Pope Francis on Saturday denounced what he called the modern-day sin of indifference to hunger, exploitation and other suffering, while commending the example of Mother Teresa on the eve of a sainthood ceremony for the nun who cared for India’s destitute.
Choosing “to not see hunger, disease, exploited persons, this is a grave sin. It’s also a modern sin, a sin of today,” Francis told thousands of lay volunteers in St. Peter’s Square at a special gathering to emphasize the need for more mercy and caring in the world.
Francis will lead a canonization ceremony today in the square, which is expected to draw huge crowds of faithful and other admirers of Mother Teresa, who founded an order of nuns devoted like her to giving tenderness and assistance to the poor who were sick and dying in the streets of Kolkata.
Cheering the pontiff in Saturday’s crowd were many nuns from her Missionaries of Charity order, each wearing the characteristic white sari trimmed in blue that makes them easily identifiable worldwide where they care for the needy. Francis greeted a group of these nuns as he was driven through the square in his popemobile, and one of the nuns put a blue-and-white garland around his neck.
“Tomorrow, we’ll have the joy of seeing Mother Teresa proclaimed a saint,” he said. “She deserves it!”
In his speech to the volunteers, including some who helped rescue survivors of the Aug. 24 earthquake in central Italy, he decried those who “turn the other way not to see the many forms of poverty that begs out for mercy.”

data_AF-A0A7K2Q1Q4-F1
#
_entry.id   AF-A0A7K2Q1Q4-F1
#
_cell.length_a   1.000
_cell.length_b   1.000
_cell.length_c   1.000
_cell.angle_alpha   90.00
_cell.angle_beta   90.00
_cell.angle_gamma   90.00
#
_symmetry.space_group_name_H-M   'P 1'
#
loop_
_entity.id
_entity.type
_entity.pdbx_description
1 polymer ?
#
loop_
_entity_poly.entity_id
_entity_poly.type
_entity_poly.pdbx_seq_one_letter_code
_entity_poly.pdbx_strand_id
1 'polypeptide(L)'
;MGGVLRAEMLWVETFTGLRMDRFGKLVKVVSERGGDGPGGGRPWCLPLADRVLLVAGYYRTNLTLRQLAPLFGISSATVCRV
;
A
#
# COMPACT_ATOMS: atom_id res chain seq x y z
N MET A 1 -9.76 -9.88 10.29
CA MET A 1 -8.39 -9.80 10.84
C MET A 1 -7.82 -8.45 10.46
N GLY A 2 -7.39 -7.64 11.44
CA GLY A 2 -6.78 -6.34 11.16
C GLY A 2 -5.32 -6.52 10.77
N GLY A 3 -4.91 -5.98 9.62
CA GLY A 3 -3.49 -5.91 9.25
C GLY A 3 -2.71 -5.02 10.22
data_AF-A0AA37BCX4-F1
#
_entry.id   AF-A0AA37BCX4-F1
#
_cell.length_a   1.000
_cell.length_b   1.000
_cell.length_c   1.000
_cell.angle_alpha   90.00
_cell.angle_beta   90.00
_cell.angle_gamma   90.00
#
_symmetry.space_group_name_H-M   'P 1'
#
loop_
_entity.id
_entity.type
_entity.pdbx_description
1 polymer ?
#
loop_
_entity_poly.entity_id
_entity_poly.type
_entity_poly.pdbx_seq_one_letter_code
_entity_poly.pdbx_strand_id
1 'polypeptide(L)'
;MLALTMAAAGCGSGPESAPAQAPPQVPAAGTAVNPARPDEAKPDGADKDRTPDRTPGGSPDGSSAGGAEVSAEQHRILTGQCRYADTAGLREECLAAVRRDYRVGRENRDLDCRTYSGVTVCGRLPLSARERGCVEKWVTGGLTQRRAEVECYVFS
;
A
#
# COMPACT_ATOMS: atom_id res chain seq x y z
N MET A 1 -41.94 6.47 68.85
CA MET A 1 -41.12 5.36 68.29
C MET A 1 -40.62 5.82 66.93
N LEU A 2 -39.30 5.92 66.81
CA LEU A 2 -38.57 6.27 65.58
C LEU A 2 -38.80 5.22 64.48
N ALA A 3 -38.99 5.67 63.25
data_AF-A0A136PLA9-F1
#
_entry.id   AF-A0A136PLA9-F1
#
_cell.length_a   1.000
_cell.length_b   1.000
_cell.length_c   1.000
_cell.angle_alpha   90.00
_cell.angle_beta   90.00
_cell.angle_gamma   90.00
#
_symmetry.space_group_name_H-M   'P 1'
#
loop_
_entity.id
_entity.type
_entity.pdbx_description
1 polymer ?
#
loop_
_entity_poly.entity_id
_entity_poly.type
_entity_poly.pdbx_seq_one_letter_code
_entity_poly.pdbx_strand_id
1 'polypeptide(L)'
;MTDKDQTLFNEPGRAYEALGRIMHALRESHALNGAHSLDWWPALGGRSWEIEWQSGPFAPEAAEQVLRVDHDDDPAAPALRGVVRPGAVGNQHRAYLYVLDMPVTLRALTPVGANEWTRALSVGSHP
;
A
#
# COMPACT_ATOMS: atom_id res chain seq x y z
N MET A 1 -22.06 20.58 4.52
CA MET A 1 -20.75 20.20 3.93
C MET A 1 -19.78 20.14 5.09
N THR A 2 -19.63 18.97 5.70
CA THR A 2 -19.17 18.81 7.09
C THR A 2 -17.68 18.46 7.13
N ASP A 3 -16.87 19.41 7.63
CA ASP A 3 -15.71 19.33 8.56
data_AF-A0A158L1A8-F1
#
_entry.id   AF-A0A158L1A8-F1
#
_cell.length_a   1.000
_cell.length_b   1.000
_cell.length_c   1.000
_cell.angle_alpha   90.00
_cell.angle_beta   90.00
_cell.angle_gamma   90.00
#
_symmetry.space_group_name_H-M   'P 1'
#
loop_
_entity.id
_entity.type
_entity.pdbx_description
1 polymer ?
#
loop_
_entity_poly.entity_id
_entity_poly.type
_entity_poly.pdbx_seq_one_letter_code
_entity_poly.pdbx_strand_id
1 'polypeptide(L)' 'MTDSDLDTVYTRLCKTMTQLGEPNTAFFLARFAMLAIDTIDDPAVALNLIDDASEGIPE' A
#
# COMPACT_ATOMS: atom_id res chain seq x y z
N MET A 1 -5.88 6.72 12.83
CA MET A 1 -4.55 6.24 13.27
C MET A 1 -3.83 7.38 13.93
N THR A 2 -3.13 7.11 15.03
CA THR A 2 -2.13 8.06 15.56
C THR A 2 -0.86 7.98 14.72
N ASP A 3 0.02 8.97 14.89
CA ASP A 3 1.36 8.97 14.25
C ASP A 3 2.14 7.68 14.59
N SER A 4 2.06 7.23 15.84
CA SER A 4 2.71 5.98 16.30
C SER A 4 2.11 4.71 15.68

Francis hailed volunteers as “artisans of mercy,” whose hands, voices, closeness and caresses help people who suffer feel loved. While in the square, he petted Leo, the Labrador that pinpointed a 4-year-old child who had survived in a pile of quake rubble. The dog raised a paw, which Francis grasped.
Since becoming pope in 2013, Francis has been encouraging Catholic faithful and institutions to tend to the needs of marginalized people.
He said the credibility of the church to a large extent depends on the service of Catholics to the poor, the homeless, prisoners, immigrants, refugees and others in need.
“The world needs concrete signs of solidarity, above all when faced with the temptation toward indifference,” he said.
In a shop in Kolkata that sells snacks and rosaries, Muslim shopkeeper Tanveer Ahmed recalled seeing Mother Teresa and other nuns take in a leprosy patient who lay bleeding in the street while others passed by, unmoved.
“We are fighting with each other. We are killing each other. But, if you want to see love, please look at Mother Teresa,” Ahmed said. He added: “I believe Mother is next to God.”
Rishi Lekhi and Rishabh Jain contributed from Kolkata, India.